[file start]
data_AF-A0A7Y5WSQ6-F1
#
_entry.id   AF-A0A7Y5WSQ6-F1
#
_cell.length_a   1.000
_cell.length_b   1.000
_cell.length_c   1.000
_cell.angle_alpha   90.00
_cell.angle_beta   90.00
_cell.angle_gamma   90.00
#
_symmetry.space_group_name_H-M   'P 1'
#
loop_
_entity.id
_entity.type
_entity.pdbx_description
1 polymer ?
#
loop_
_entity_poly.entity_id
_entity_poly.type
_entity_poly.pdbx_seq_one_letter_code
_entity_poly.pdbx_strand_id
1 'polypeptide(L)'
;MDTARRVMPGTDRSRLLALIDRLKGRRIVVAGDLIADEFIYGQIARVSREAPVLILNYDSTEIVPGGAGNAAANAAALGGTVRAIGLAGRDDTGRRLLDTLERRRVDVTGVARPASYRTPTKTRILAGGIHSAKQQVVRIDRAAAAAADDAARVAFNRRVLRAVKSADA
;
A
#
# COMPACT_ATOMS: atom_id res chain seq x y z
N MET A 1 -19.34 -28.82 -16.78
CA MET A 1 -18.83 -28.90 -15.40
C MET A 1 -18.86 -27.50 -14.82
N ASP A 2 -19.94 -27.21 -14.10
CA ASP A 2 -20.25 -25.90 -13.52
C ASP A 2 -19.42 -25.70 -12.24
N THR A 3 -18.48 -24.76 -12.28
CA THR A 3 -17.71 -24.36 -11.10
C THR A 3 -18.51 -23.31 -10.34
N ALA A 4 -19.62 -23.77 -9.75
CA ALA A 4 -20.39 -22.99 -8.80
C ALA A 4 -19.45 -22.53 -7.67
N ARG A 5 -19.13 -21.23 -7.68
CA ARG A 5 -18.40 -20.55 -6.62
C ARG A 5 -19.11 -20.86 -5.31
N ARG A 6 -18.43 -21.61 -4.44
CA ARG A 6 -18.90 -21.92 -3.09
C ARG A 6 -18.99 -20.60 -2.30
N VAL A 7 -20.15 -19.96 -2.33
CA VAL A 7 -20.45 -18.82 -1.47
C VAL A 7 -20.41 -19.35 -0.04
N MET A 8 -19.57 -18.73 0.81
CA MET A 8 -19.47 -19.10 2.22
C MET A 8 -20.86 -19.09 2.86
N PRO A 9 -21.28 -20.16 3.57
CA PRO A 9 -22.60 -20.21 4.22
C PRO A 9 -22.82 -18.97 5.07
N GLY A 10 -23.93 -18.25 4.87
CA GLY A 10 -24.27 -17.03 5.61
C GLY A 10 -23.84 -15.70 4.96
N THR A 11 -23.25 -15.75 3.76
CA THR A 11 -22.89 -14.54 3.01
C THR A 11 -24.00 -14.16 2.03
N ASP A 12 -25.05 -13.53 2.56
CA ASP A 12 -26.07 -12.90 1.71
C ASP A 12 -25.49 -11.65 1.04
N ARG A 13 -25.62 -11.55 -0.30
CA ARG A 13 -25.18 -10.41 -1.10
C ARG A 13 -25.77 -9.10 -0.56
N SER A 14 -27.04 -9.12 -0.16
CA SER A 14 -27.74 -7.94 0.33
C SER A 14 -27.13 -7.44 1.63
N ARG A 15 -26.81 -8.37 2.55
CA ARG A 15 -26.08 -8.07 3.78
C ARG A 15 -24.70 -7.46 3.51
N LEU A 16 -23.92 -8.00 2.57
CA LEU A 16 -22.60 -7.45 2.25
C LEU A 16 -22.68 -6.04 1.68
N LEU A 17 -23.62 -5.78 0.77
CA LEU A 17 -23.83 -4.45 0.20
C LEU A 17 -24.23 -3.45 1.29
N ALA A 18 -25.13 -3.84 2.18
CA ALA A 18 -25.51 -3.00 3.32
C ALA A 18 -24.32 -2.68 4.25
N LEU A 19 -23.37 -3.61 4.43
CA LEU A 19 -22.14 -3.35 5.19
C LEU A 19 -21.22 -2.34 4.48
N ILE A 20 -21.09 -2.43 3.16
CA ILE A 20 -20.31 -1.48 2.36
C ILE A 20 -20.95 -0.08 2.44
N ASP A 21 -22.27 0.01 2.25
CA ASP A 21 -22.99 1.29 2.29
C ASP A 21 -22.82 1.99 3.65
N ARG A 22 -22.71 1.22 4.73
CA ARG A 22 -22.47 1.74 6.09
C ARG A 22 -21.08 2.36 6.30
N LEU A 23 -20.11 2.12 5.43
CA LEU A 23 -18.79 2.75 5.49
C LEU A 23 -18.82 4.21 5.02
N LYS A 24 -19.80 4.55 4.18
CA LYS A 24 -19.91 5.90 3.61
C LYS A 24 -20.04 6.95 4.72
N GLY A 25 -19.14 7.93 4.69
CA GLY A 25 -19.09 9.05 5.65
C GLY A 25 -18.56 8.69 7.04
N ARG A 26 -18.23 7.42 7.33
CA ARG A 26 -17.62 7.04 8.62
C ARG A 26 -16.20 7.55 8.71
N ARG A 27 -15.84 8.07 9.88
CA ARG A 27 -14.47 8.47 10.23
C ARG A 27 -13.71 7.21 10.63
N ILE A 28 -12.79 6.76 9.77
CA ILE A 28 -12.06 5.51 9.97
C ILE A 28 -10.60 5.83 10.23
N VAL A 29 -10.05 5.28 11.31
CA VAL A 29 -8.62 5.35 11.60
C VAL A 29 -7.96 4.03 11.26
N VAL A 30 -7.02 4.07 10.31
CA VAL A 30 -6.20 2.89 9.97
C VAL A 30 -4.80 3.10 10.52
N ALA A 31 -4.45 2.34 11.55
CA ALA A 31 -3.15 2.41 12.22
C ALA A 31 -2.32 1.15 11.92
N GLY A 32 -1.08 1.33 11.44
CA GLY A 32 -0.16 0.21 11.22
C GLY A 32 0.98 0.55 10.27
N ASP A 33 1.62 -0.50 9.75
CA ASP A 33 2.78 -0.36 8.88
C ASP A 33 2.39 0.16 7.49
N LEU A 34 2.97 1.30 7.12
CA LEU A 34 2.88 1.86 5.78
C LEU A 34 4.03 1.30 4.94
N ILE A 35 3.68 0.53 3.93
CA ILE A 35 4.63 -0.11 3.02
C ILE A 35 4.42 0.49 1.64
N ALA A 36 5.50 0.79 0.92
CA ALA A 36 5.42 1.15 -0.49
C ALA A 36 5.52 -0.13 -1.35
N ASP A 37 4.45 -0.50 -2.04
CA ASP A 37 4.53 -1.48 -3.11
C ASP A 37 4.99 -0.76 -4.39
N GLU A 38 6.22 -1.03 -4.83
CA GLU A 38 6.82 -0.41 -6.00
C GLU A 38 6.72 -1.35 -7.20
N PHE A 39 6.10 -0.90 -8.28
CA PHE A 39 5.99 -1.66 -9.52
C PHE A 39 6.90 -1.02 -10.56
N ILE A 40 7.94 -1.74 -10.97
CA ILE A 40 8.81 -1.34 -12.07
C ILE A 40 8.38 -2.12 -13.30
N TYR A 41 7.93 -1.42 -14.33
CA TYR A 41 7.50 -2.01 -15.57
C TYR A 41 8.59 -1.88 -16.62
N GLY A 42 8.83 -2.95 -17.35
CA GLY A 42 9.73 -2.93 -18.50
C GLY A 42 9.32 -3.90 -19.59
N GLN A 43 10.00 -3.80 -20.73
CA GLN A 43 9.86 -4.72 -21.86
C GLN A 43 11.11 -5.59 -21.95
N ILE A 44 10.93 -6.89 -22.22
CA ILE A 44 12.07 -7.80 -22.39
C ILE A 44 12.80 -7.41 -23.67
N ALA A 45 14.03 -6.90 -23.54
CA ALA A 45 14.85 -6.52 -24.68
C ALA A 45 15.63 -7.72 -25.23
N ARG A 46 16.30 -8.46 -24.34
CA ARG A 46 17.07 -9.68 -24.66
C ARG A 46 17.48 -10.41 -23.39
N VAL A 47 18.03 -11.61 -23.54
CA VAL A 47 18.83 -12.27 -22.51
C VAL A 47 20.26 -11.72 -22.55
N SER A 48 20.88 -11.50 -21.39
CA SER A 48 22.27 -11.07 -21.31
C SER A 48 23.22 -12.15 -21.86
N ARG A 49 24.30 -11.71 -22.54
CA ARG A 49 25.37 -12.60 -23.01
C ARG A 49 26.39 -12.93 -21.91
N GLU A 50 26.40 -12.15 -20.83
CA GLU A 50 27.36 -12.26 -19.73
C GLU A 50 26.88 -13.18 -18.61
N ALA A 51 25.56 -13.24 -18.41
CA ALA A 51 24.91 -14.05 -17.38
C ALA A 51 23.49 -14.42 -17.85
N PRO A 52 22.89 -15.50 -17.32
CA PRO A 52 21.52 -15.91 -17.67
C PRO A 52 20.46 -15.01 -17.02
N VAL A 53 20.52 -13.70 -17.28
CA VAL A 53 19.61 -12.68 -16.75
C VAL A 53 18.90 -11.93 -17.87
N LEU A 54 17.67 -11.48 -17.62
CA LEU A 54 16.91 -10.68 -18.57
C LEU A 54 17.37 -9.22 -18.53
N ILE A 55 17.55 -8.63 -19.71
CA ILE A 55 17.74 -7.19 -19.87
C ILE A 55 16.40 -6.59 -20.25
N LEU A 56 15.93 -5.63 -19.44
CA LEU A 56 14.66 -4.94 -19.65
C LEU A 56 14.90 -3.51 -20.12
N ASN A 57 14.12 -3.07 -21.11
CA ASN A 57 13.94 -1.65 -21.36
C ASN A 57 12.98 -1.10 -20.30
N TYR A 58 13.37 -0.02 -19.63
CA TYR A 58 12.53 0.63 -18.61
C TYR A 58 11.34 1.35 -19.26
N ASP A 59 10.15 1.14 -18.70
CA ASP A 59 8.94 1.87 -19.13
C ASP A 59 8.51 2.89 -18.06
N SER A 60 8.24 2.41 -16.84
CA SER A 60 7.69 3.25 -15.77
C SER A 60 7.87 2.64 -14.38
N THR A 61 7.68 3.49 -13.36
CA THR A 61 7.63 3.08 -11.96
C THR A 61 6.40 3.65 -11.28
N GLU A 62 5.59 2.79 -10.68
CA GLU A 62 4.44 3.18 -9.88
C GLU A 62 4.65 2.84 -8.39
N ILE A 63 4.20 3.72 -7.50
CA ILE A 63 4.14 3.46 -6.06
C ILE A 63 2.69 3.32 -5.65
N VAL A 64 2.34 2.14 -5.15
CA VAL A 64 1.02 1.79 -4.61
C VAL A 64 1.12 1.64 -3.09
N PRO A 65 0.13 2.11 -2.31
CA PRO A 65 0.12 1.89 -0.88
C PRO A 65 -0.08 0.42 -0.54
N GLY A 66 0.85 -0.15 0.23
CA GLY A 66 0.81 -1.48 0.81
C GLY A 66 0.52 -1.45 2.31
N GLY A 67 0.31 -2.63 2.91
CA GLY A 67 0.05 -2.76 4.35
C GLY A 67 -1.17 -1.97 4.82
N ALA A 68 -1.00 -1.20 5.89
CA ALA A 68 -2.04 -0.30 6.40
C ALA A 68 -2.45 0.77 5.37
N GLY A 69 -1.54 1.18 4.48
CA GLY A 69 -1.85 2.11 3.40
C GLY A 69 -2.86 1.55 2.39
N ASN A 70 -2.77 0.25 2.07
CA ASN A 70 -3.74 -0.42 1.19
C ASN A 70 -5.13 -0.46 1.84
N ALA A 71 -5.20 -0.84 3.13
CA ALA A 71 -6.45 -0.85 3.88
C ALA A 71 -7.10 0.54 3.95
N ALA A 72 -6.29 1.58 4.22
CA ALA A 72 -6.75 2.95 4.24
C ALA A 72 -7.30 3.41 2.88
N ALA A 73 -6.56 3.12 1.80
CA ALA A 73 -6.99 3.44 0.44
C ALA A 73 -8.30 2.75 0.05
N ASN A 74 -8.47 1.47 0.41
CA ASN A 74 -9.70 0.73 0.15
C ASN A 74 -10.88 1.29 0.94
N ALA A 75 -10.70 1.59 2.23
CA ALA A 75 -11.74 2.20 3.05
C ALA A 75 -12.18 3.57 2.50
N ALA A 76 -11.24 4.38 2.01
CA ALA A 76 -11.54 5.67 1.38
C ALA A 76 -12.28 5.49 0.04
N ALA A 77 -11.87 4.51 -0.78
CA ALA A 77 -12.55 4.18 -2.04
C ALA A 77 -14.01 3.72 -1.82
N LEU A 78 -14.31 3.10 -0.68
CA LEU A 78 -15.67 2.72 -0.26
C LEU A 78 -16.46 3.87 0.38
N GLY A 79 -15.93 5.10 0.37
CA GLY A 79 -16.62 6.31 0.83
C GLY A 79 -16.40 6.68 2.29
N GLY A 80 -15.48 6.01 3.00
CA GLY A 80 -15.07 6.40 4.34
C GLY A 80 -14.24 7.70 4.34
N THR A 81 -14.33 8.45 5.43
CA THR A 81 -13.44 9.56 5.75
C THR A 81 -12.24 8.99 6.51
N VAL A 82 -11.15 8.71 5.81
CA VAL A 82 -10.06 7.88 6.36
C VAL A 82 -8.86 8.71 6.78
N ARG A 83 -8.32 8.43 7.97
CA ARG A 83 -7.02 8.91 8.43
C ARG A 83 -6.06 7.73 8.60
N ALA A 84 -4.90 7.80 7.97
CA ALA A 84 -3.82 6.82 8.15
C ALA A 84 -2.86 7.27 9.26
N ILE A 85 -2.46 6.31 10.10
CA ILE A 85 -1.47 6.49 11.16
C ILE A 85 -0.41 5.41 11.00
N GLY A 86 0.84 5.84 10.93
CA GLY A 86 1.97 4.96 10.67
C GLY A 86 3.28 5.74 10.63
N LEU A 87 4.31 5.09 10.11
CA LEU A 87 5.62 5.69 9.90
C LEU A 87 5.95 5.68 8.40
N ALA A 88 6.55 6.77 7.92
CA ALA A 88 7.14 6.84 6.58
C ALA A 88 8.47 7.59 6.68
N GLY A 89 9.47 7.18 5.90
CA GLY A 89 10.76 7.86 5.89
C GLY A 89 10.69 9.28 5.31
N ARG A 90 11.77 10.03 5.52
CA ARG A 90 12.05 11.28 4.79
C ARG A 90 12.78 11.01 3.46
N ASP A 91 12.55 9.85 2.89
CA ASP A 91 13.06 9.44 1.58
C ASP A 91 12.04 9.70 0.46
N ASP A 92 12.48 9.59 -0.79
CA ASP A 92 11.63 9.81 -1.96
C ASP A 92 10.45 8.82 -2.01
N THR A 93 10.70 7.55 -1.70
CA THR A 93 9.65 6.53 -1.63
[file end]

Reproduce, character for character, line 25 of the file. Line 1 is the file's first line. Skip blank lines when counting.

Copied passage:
1 'polypeptide(L)'